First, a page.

To the "disadvantaged" go the spoils?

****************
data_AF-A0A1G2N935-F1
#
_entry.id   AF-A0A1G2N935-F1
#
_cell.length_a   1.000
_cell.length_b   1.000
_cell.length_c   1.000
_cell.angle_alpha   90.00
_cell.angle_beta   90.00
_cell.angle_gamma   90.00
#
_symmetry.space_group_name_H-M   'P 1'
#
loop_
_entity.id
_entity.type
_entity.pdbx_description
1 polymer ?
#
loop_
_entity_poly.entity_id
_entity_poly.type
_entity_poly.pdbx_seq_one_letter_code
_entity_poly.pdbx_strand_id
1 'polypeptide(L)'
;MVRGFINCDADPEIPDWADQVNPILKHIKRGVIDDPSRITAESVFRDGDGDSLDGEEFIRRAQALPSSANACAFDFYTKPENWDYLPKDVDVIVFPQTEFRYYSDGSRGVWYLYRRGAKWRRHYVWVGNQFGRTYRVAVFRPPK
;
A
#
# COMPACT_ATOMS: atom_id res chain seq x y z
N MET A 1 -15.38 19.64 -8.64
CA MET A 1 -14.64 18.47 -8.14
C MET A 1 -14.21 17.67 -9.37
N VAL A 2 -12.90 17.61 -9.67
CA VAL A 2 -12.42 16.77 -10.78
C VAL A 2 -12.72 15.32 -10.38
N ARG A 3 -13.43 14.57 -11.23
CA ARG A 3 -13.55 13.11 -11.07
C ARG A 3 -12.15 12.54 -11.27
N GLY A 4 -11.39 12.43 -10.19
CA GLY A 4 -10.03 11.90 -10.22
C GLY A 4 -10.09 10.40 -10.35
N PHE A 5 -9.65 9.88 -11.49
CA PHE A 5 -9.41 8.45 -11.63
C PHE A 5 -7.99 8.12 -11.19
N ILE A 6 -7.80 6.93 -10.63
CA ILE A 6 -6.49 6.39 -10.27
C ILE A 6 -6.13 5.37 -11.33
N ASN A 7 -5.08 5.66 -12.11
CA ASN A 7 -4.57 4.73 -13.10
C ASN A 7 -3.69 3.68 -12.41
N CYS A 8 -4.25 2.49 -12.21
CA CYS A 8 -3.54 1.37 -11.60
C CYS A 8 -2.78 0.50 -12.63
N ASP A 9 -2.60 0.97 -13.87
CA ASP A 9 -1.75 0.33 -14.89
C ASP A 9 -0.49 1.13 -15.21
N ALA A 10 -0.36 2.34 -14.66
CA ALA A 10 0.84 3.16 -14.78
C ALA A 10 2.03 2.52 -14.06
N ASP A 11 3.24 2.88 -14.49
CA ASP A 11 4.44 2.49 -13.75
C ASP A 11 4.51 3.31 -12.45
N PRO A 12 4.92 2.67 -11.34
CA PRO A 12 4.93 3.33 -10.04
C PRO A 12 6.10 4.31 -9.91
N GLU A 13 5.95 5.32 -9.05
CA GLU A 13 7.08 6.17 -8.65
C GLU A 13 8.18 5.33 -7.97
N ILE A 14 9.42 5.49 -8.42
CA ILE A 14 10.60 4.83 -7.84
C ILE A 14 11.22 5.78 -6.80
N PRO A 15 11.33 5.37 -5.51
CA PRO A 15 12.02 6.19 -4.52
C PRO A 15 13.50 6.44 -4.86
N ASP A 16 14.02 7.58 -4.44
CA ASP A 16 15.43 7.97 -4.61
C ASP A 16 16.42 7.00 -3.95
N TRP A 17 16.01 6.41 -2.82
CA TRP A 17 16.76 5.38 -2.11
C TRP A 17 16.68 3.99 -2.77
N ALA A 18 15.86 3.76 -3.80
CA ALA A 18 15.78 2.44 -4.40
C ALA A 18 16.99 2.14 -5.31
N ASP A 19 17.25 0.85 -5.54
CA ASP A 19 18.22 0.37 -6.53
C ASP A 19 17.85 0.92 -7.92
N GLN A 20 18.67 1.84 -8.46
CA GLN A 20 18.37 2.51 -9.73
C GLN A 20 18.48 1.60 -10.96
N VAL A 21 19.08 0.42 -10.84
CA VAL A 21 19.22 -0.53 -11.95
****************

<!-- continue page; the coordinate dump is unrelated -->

IN the summer of 1998, the U.S. Department of Commerce released a controversial study supporting a form of affirmative action for minority-owned businesses. These businesses, when competing to provide goods and services to the federal government, are granted certain bidding advantages over their nonminority-owned competitors. The study, called the “benchmark limits” report, was the cullnination of nearly two years of research. It intended to determine the procurement areas where federal agencies could apply a 10 percent “price adjustment evaluation,” a euphemism for a bid preference, to “small disadvantaged businesses” (SDBs), which are businesses owned by African Americans, Hispanics, Asian Americans, and Native Americans.